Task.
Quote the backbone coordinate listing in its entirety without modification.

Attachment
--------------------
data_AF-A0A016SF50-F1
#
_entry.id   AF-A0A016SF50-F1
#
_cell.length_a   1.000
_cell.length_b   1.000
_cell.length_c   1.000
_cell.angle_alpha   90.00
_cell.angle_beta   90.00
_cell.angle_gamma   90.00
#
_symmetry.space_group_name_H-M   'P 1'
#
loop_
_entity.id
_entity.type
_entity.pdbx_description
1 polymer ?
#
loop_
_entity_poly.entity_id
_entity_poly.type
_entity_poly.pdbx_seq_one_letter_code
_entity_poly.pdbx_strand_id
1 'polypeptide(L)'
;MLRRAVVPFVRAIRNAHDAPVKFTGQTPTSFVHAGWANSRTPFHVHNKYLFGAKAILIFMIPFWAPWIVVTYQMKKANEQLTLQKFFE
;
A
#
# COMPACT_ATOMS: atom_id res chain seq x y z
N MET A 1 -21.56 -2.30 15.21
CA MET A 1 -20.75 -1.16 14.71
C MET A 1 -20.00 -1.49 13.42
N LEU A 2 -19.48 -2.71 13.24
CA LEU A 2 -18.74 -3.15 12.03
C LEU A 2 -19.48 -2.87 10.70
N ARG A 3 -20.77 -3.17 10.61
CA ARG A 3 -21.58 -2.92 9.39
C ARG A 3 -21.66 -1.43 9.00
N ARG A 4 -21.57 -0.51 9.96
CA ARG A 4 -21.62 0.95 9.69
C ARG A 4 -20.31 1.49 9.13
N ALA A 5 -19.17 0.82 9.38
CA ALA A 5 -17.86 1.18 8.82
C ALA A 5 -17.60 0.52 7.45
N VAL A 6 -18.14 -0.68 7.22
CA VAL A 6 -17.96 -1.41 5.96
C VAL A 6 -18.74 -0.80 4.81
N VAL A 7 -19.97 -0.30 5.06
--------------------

data_AF-A0A016SF50-F1
#
_entry.id   AF-A0A016SF50-F1
#
_cell.length_a   1.000
_cell.length_b   1.000
_cell.length_c   1.000
_cell.angle_alpha   90.00
_cell.angle_beta   90.00
_cell.angle_gamma   90.00
#
_symmetry.space_group_name_H-M   'P 1'
#
loop_
_entity.id
_entity.type
_entity.pdbx_description
1 polymer ?
#
loop_
_entity_poly.entity_id
_entity_poly.type
_entity_poly.pdbx_seq_one_letter_code
_entity_poly.pdbx_strand_id
1 'polypeptide(L)'
;MLRRAVVPFVRAIRNAHDAPVKFTGQTPTSFVHAGWANSRTPFHVHNKYLFGAKAILIFMIPFWAPWIVVTYQMKKANEQLTLQKFFE
;
A
#
# COMPACT_ATOMS: atom_id res chain seq x y z
N MET A 1 -21.56 -2.30 15.21
CA MET A 1 -20.75 -1.16 14.71
C MET A 1 -20.00 -1.49 13.42
N LEU A 2 -19.48 -2.71 13.24
CA LEU A 2 -18.74 -3.15 12.03
C LEU A 2 -19.48 -2.87 10.70
N ARG A 3 -20.77 -3.17 10.61
CA ARG A 3 -21.58 -2.92 9.39
C ARG A 3 -21.66 -1.43 9.00
N ARG A 4 -21.57 -0.51 9.96
CA ARG A 4 -21.62 0.95 9.69
C ARG A 4 -20.31 1.49 9.13
N ALA A 5 -19.17 0.82 9.38
CA ALA A 5 -17.86 1.18 8.82
C ALA A 5 -17.60 0.52 7.45
N VAL A 6 -18.14 -0.68 7.22
CA VAL A 6 -17.96 -1.41 5.96
C VAL A 6 -18.74 -0.80 4.81
N VAL A 7 -19.97 -0.30 5.06